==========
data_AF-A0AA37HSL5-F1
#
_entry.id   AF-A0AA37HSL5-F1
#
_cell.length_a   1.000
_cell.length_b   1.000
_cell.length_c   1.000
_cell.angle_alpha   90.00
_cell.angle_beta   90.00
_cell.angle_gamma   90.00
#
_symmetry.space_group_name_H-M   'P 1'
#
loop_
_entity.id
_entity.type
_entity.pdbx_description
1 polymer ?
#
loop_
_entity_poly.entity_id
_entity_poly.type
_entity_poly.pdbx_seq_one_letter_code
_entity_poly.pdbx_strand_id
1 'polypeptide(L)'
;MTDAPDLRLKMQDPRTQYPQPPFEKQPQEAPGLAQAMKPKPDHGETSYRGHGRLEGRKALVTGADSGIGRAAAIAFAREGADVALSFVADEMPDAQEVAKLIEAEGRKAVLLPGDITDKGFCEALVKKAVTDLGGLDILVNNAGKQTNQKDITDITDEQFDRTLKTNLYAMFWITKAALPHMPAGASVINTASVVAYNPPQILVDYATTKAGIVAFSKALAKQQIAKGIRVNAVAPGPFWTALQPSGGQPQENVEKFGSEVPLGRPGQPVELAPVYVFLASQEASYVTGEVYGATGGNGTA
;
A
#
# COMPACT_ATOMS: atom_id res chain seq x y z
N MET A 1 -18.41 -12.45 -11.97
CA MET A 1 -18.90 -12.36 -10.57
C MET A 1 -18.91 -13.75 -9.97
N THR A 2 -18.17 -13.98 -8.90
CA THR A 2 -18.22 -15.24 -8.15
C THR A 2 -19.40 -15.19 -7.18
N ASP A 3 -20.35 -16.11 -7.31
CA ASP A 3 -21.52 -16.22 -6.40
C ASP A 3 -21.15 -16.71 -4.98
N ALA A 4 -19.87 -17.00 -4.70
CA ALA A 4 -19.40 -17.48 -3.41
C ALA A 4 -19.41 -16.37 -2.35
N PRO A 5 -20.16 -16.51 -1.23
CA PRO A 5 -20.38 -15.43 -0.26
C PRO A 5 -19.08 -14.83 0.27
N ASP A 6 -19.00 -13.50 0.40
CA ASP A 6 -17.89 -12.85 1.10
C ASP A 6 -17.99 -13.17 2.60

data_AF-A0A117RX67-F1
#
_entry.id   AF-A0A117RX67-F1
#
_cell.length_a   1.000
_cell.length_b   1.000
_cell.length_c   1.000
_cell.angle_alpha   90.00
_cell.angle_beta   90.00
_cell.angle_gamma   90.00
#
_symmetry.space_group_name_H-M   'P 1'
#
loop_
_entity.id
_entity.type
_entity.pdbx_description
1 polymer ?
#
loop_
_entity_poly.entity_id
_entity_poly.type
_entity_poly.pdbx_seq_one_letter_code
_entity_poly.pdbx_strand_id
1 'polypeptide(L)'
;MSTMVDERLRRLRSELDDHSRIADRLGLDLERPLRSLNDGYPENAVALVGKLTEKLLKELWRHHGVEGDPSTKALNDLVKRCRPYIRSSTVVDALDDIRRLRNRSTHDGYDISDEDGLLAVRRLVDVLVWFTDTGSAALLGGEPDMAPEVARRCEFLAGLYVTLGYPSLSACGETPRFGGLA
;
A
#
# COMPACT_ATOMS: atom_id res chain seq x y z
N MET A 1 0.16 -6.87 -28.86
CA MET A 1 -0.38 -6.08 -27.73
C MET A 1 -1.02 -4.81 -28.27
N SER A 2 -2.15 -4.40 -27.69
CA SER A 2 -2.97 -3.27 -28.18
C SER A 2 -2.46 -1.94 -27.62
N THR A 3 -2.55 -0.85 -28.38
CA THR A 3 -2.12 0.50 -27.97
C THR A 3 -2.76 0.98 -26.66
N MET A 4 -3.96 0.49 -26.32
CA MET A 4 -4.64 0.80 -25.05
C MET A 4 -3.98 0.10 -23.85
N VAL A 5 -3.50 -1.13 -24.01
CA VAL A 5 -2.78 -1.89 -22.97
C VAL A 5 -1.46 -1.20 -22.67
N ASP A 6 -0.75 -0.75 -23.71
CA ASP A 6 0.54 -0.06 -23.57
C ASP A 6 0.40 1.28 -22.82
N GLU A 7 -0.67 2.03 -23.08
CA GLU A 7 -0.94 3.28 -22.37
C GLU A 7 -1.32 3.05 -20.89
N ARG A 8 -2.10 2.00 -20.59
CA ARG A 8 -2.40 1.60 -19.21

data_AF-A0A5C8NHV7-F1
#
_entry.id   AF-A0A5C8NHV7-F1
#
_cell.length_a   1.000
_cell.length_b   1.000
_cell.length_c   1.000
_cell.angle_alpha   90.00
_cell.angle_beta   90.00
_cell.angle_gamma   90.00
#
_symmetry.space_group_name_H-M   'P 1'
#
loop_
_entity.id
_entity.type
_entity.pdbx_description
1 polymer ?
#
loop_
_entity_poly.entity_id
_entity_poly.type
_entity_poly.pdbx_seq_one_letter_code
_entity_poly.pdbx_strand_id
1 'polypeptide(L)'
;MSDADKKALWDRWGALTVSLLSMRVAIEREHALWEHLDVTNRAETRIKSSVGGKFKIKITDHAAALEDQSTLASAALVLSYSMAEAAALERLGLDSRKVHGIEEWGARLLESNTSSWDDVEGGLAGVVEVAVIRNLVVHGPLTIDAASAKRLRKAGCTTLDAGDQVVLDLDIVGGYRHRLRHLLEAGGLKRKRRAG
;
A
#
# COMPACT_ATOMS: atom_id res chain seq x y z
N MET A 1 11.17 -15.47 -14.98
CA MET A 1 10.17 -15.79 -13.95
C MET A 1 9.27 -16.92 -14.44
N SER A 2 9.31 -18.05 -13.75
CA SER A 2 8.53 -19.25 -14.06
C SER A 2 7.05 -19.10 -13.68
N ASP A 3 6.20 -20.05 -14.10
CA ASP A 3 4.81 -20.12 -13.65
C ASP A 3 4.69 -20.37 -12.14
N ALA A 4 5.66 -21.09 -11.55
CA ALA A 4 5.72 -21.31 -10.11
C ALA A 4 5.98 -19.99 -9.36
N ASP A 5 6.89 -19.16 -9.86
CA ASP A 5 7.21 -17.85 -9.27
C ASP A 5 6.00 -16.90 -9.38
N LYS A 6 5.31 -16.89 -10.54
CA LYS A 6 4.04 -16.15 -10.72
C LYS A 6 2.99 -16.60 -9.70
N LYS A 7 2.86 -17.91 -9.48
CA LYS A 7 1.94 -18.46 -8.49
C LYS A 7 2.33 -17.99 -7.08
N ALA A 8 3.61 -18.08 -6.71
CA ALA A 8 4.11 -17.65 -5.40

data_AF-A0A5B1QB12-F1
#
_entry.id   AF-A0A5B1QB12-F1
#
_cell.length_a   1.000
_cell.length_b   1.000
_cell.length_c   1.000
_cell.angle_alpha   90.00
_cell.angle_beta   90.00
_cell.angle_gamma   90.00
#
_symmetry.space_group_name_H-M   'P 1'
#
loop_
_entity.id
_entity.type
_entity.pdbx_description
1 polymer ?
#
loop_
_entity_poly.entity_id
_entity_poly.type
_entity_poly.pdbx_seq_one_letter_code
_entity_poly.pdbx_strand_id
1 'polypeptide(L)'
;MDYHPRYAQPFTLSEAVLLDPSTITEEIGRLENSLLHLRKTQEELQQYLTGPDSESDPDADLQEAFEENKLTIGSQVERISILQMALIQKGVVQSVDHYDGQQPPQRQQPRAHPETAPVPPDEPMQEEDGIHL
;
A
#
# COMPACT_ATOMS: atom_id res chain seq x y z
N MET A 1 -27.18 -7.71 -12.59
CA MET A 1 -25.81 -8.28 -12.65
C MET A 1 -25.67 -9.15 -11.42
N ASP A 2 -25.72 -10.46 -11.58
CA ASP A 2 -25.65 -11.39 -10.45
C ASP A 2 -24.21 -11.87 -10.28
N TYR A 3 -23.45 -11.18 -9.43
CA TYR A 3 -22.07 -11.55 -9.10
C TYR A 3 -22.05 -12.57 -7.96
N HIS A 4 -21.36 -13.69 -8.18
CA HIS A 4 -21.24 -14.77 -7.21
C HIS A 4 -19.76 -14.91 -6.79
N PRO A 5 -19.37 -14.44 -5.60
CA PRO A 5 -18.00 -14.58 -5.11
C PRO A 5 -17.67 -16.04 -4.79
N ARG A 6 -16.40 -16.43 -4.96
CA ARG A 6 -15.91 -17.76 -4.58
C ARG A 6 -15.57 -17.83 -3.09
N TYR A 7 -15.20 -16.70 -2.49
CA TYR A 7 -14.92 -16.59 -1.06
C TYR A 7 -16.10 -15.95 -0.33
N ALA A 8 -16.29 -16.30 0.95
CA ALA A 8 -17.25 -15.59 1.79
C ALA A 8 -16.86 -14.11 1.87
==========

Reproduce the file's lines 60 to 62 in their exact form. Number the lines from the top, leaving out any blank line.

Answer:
_symmetry.space_group_name_H-M   'P 1'
#
loop_